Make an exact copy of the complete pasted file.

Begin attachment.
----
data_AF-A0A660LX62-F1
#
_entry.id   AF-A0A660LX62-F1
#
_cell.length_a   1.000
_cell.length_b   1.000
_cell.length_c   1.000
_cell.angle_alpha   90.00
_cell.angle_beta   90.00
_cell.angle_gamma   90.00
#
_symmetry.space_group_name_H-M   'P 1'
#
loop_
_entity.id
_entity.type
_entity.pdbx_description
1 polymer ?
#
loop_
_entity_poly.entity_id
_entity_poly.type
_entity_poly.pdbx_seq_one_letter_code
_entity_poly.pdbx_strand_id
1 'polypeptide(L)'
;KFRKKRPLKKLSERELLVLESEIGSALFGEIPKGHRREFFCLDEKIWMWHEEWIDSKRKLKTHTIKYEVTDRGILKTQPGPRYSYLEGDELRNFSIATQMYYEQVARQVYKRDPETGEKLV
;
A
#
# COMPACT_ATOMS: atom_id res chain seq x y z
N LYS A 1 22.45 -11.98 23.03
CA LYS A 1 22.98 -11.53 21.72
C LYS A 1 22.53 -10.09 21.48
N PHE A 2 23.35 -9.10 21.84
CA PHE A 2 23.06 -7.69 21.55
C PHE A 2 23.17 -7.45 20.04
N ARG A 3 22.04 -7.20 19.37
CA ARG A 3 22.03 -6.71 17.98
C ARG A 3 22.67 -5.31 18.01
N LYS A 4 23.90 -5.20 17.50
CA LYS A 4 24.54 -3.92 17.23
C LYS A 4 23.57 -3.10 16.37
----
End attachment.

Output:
data_AF-A0A660LX62-F1
#
_entry.id   AF-A0A660LX62-F1
#
_cell.length_a   1.000
_cell.length_b   1.000
_cell.length_c   1.000
_cell.angle_alpha   90.00
_cell.angle_beta   90.00
_cell.angle_gamma   90.00
#
_symmetry.space_group_name_H-M   'P 1'
#
loop_
_entity.id
_entity.type
_entity.pdbx_description
1 polymer ?
#
loop_
_entity_poly.entity_id
_entity_poly.type
_entity_poly.pdbx_seq_one_letter_code
_entity_poly.pdbx_strand_id
1 'polypeptide(L)'
;KFRKKRPLKKLSERELLVLESEIGSALFGEIPKGHRREFFCLDEKIWMWHEEWIDSKRKLKTHTIKYEVTDRGILKTQPGPRYSYLEGDELRNFSIATQMYYEQVARQVYKRDPETGEKLV
;
A
#
# COMPACT_ATOMS: atom_id res chain seq x y z
N LYS A 1 22.45 -11.98 23.03
CA LYS A 1 22.98 -11.53 21.72
C LYS A 1 22.53 -10.09 21.48
N PHE A 2 23.35 -9.10 21.84
CA PHE A 2 23.06 -7.69 21.55
C PHE A 2 23.17 -7.45 20.04
N ARG A 3 22.04 -7.20 19.37
CA ARG A 3 22.03 -6.71 17.98
C ARG A 3 22.67 -5.31 18.01
N LYS A 4 23.90 -5.20 17.50
CA LYS A 4 24.54 -3.92 17.23
C LYS A 4 23.57 -3.10 16.37